Titch’s Secret Society Chapter 21

CHAPTER 21

The Plans Go Wrong

After leaving the boys tied up in the underground cavern, the six men had made the long journey down the tunnel. Immediately on coming out onto the open sea, the boss of the gang, travelling in the second boat, took out a torch and flashed it several times straight out to sea. Instantly there were some answering flashes from the darkness way out on the water.

“They’re there!” he shouted to the men in the first boat. “Cut right around the sandbank. We don’t want to run aground with this lot of cargo.”

The two small boats chugged away to the right. The man sitting in the stern of each boat then threw the weighted packages overboard. Immediately they sank below the water and were towed slowly along behind out of sight. The journey was very slow and very cold. The men turned up their collars and shivered.

“Let’s have some of that tea, Mason,” said the boss.

“Right! I could do with something good and warm myself. Here, Lefty, take the tiller while I get us something to drink.”

After his drink, the boss seemed in a better humour. He handed cigarettes to his companions and lay back taking his ease. A few minutes later, Mason again took the tiller. “Think we’ve passed the end of the sandbank now, boss?”

“Just about I should think. I’ll get a bearing from the shore.” He turned around to look for the silhouette of the old abbey on the common. “I think we’re almost . . . good grief! You lot of stupid oafs! Look behind!”

“What wrong boss?” asked Mason.

“Cut the engine you fool, quick!  Lefty, shout to the others. Tell them to stop.”

As they slowed down and stopped they could see several silvery packages bobbing about in the wake of the boats on top of the water. Lefty quickly hauled the packages aboard for examination. The boss grabbed them impatiently. He saw that the weights were missing and his fury was obvious.

“Imbeciles!” he yelled. “Can’t I trust you even to do a simple job like that without you bungling it?”

“B . . .B . . . But boss,” stammered the amazed Lefty.

“Shut up! Get these packages without the weights off the rope and under the seats. Mason, tell Gus to do the same with theirs. Of all the idiots I’ve ever known! It’s just as well there are no customs launches about tonight, that’s all I can say.”

After a delay of some five minute or so, the job was completed and the remaining packages were once more thrown out behind the boats.

“All right Gus!” shouted Mason. “Get going.”

The two boats continued their journey around the sandbank as the boss sat moodily in the boat shivering and grumbling at the inefficiency of his men. He looked at his watch. “Francois will think we’re never going to get there. It’s just as . . . what was that?” A roar from the direction of the jetty made him spin around in his seat.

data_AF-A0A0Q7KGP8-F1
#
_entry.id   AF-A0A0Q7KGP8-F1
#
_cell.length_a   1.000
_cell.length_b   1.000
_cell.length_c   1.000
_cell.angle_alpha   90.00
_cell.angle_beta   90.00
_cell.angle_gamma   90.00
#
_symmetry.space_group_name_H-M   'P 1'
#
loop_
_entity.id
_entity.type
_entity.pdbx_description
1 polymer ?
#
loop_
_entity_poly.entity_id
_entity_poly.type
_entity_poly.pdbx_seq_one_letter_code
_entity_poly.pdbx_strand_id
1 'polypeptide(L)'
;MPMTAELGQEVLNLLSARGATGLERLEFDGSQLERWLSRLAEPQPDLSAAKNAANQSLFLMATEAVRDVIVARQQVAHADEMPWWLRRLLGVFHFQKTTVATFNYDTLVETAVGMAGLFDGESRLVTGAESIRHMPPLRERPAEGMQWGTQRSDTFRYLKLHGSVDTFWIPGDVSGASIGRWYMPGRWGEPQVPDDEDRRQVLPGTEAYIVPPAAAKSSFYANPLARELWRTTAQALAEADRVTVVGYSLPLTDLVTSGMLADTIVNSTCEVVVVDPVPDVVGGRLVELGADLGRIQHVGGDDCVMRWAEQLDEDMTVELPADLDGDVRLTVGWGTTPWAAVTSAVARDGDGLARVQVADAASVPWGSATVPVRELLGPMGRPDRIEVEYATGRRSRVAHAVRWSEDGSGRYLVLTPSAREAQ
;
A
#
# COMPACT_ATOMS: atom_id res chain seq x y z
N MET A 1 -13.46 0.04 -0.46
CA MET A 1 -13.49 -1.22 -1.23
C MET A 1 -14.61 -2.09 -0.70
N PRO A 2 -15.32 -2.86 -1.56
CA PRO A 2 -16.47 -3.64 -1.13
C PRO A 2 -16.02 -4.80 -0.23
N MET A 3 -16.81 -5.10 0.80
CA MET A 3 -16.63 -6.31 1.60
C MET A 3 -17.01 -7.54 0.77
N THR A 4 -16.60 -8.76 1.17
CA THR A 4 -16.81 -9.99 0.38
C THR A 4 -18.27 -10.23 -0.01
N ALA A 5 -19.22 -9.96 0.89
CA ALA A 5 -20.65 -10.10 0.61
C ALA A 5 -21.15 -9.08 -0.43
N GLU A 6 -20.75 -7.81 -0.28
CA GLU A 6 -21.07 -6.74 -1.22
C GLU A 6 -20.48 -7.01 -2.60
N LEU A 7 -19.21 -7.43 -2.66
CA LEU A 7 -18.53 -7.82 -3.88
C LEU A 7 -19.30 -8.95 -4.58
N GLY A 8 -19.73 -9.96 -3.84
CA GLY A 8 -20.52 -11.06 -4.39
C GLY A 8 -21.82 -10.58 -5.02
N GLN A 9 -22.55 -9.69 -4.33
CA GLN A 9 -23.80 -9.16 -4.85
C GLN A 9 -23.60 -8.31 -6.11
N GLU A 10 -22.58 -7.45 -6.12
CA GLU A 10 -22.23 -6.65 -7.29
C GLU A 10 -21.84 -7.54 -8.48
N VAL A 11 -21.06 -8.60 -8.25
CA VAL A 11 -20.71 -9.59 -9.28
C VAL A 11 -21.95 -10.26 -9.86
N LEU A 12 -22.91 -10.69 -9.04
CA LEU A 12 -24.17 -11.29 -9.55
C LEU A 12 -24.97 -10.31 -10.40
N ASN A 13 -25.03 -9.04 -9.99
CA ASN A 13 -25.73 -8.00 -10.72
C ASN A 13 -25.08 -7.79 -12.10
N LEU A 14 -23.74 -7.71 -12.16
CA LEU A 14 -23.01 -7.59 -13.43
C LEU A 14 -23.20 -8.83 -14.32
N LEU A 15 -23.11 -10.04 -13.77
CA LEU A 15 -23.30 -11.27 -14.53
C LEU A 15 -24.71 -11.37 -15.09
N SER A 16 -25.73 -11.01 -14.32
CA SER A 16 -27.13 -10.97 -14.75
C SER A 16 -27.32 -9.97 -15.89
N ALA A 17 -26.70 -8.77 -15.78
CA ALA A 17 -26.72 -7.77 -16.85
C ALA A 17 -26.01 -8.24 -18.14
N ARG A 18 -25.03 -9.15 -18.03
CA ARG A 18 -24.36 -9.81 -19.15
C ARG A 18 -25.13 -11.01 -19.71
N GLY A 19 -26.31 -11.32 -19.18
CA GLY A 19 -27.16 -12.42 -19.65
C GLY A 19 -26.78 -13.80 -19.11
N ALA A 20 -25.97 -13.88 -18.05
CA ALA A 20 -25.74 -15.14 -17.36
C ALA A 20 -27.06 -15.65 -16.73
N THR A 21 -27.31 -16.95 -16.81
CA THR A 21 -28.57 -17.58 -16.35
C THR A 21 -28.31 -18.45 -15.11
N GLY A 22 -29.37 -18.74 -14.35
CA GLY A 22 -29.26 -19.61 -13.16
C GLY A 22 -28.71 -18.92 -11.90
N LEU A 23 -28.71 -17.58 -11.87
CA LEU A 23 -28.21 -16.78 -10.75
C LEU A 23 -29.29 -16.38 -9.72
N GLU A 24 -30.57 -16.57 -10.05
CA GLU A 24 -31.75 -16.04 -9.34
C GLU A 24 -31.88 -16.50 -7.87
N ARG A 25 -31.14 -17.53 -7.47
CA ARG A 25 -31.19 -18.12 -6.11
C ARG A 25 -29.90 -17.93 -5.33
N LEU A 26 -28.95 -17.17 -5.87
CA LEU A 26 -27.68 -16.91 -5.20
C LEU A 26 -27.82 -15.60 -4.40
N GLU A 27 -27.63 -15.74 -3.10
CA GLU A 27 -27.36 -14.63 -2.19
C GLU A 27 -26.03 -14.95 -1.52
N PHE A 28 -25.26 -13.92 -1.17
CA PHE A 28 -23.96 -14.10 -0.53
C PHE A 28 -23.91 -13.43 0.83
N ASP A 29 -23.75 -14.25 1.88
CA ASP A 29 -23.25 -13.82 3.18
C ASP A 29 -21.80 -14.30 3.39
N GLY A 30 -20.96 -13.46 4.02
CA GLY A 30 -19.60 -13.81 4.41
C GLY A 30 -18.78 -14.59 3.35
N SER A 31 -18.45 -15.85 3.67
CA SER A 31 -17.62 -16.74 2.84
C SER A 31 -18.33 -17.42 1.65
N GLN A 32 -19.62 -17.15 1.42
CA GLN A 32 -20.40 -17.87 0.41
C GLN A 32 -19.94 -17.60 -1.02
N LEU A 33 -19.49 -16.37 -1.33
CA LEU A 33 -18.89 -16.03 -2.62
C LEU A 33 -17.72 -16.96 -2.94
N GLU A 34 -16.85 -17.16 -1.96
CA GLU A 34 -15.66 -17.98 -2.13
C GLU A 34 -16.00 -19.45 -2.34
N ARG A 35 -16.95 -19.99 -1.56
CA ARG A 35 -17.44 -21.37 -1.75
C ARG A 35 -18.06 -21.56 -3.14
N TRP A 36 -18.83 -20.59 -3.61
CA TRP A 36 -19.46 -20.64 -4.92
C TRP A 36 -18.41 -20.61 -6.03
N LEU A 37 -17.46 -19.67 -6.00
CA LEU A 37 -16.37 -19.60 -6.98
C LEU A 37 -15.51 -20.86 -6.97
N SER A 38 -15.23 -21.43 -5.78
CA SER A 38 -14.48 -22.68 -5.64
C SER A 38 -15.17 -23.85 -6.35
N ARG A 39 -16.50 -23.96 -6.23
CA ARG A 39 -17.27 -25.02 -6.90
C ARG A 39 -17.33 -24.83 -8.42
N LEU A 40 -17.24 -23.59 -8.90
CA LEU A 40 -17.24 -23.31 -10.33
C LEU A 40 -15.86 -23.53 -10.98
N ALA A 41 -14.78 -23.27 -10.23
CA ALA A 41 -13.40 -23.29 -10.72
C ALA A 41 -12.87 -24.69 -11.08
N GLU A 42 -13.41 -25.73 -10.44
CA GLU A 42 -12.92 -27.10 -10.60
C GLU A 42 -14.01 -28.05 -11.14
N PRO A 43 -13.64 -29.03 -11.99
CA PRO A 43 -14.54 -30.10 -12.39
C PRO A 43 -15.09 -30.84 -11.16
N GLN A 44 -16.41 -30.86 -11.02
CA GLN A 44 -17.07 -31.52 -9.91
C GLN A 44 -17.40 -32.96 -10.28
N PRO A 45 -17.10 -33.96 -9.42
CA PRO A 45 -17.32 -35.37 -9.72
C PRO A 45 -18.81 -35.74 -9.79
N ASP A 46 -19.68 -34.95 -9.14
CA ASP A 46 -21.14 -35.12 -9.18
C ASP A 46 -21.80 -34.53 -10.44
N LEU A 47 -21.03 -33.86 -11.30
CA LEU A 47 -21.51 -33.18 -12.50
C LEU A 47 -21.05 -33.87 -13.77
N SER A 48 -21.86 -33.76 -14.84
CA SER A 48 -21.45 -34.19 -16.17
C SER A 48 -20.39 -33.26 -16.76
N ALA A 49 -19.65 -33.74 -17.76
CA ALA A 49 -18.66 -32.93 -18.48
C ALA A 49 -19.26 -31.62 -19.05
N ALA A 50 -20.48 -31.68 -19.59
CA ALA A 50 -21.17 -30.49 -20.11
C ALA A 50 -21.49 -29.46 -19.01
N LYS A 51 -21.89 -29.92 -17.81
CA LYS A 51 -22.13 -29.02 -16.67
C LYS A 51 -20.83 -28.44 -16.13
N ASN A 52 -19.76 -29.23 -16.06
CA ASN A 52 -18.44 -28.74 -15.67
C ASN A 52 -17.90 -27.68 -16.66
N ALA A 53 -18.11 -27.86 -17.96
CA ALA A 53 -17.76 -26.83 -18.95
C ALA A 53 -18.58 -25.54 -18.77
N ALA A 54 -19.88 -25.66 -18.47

“Sounded like a launch over at the jetty,” said Mason, half turning. They all looked in the direction of the noise and their worst fears were confirmed. Silhouetted against the coastal lights in the town they could see a heavy launch making straight out to sea.

“It looks as though they’re going straight out boss,” cried Mason. “I don’t think they’re headed our way.”

“I hope you’re right. Hand me those packages Lefty,” the boss snapped. “If they come this way we mustn’t be caught with those on board.” He balanced the packages on the seat ready at an instant’s notice to throw them over the side.

The launch roared on its way out to sea. Soon it was further out than the two small boats. It had reached the outer limits of the sandbank when it suddenly rounded and headed straight across at a right angle to the course of the other two boats. The men in them immediately panicked and threw the loose packages overboard. Suddenly the men in the first boat were blinded as they were caught in the beam of a powerful searchlight.

“Turn around Mason! Quick!” roared the boss. “Head back to the tunnel before the searchlight gets us. We can get back up into the cave and make a getaway across the common to the car. That launch is too big to follow us up the tunnel.”

As the little boat made a wide arc and sped back towards the cliff, Lefty hacked desperately at the rope which towed the parcels and helped to slow down the boat. “Hurry!” the boss roared at him. “Open her right up Mason, we don’t have a second to lose.”

“It’s flat out now boss. We’ll stand a chance of getting a good lead while they deal with the other boat.”

“They’ll probably take the other boat in tow,” put in Lefty. “That’ll slow ’em down a bit.” They heard the roar of the launch lessen as it slowed to come alongside the first boat.